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Texas Appeals Court Tosses Final Felony Charge Against Former Gov. Rick Perry

Former Texas Gov. Rick Perry speaks at an event in Washington in Sept. 2015.
Jose Luis Magana
Former Texas Gov. Rick Perry speaks at an event in Washington in Sept. 2015.

Texas' top appeals court has dismissed the remaining felony abuse-of-power charge against former Texas Gov. Rick Perry.

The Court of Criminal Appeals also upheld a lower court's ruling dismissing the other charge against Perry.

This all started when a grand jury indicted Perry in August 2014, as Perry was ramping up his campaign for the 2016 GOP presidential nomination. His bid came to an end in September 2015. Perry was the first in the crowded Republican field to suspend his campaign.

NPR's John Burnett tells our Newscast unit that "Perry complained all along that the felony indictment tanked his presidential aspirations."

As member station KUT reports, "the charges stemmed from Perry's 2013 threat to veto funding for the Travis County District Attorney's Public Integrity Unit, which investigates and prosecutes state corruption cases." Here's more from KUT:

"A grand jury indicted Perry on charges that he coerced a public official and abused his office when he threatened to veto the funds if Travis County [District Attorney] Rosemary Lehmberg did not resign following a drunk driving conviction.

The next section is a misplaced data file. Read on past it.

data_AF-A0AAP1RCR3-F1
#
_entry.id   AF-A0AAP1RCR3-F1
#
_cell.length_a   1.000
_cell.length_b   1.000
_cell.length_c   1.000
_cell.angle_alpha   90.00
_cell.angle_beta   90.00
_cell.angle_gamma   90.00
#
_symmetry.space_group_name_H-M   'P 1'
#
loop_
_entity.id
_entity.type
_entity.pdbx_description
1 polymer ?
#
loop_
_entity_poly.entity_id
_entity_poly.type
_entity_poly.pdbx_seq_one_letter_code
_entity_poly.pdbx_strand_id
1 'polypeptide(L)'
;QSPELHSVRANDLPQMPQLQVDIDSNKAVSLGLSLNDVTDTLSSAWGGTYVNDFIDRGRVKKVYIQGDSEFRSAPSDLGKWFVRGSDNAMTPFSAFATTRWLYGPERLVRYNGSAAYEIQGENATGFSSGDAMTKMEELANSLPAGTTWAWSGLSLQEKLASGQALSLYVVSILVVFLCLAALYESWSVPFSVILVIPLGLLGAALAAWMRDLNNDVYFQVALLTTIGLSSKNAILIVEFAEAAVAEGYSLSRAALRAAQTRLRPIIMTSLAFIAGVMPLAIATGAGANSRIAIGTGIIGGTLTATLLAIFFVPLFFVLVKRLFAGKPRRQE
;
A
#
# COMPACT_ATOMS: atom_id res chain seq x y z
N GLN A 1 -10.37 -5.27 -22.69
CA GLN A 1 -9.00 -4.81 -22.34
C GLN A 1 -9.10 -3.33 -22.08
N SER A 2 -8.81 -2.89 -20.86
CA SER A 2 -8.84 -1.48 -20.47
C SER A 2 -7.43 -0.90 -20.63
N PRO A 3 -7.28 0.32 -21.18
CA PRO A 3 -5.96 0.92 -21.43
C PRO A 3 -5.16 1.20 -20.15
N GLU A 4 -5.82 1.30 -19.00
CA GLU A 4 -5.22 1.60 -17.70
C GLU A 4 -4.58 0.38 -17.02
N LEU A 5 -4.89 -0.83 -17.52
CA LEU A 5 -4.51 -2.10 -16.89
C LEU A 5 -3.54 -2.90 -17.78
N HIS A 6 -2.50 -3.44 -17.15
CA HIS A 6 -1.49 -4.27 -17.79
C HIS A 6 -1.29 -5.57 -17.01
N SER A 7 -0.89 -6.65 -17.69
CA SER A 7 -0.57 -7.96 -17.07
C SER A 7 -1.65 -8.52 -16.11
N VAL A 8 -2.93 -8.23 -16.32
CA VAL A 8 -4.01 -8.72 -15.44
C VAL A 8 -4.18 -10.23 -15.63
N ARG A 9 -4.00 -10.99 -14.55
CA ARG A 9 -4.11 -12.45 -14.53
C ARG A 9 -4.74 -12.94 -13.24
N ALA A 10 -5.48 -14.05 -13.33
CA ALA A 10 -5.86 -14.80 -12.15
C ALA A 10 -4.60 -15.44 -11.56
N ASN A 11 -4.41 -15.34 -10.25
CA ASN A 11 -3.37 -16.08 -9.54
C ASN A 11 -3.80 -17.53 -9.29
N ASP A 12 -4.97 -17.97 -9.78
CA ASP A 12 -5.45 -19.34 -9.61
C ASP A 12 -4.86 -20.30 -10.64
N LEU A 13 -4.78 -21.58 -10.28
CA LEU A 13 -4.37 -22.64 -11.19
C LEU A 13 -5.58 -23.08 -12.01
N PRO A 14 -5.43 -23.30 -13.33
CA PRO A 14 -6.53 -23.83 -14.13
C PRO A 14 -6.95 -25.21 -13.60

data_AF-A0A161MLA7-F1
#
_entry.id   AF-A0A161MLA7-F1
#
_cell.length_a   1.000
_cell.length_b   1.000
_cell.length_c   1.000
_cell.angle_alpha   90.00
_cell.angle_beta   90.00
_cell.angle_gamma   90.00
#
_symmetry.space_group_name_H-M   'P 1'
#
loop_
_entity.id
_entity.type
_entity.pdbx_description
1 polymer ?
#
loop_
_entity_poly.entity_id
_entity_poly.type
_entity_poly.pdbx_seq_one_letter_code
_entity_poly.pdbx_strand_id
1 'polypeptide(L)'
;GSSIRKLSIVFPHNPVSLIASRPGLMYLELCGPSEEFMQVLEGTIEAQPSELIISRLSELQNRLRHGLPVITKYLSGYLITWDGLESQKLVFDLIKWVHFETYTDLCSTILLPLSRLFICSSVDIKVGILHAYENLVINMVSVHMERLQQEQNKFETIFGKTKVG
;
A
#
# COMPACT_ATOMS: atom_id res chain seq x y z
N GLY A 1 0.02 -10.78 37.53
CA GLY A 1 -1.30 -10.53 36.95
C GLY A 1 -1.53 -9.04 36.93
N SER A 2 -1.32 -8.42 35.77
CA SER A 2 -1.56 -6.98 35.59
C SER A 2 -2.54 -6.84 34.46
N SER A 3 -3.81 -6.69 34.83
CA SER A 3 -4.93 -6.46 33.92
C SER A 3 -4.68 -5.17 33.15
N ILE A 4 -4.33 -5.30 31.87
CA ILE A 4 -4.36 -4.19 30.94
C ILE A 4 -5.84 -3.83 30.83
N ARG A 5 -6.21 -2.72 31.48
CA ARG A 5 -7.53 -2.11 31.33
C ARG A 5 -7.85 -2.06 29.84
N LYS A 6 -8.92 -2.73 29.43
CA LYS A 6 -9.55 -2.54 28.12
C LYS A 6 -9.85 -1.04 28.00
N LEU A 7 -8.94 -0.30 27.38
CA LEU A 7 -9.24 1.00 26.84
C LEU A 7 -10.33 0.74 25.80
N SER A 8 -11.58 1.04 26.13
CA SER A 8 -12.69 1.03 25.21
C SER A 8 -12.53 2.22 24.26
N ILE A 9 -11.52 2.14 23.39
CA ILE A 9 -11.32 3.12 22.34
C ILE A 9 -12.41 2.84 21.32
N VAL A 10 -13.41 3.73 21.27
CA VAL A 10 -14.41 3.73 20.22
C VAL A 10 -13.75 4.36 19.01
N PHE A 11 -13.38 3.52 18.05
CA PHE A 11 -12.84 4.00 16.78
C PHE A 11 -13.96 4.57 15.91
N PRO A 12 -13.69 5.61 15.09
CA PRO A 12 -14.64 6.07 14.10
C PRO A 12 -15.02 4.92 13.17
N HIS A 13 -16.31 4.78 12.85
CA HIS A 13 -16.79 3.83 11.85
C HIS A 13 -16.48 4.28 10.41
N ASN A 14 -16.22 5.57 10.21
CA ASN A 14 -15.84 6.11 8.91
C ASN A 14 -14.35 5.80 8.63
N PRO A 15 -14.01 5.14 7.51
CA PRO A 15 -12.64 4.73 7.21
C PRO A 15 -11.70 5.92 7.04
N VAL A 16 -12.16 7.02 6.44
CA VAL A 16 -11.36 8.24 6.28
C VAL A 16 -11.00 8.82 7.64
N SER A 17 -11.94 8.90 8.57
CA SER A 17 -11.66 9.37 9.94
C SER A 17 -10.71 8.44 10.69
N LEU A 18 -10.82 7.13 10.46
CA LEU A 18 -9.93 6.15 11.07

"A lower court had already dismissedthe coercion charge, ruling that the law it was based on was unconstitutionally vague. The Court of Criminal Appeals upheld that dismissal."

As we reported at the time, Perry followed through on his threat to veto the funds to the Public Integrity Unit after Lehmberg refused to resign.

That was the crux of the other charge against Perry: "abuse of official capacity," which the appeals court dismissed. In its ruling, the court wrote, "The governor's power to exercise a veto may not be circumscribed by the Legislature, by the courts, or by district attorneys."

The intended recipient of the funds that Perry vetoed, the district attorney's Public Integrity Unit, had been investigating one of Perry's favorite projects. That's the Cancer Prevention and Research Institute of Texas, which, as NPR's Wade Goodwyn has reported, was plagued with accusations of corruption and conflict of interest.

Here's how The Washington Post boiled down the arguments in the case in 2014:

"It appears to those on the governor's side of the argument that he has the right to cut the funding of agencies run by people who will not quit on his demand.

"It appears to those on the prosecutor's side that his funding veto and the threat that preceded it were an attempt to intimidate and coerce the office that has the job of policing corruption and ethics cases in state government.

"The threat is the thing. Had the governor simply cut the funding without saying anything — especially in public, but even in private — this would just be a strange veto."

Perry's attorney Tony Buzbee told The Associated Press that his client is "pleased the charges have been thrown out." He called it "a bunch of foolishness from the beginning."

But Craig McDonald of Texans for Public Justice told KUT in an email "that the dismissal is a gift to Perry from a partisan court."

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Merrit Kennedy is a reporter for NPR's News Desk. She covers a broad range of issues, from the latest developments out of the Middle East to science research news.

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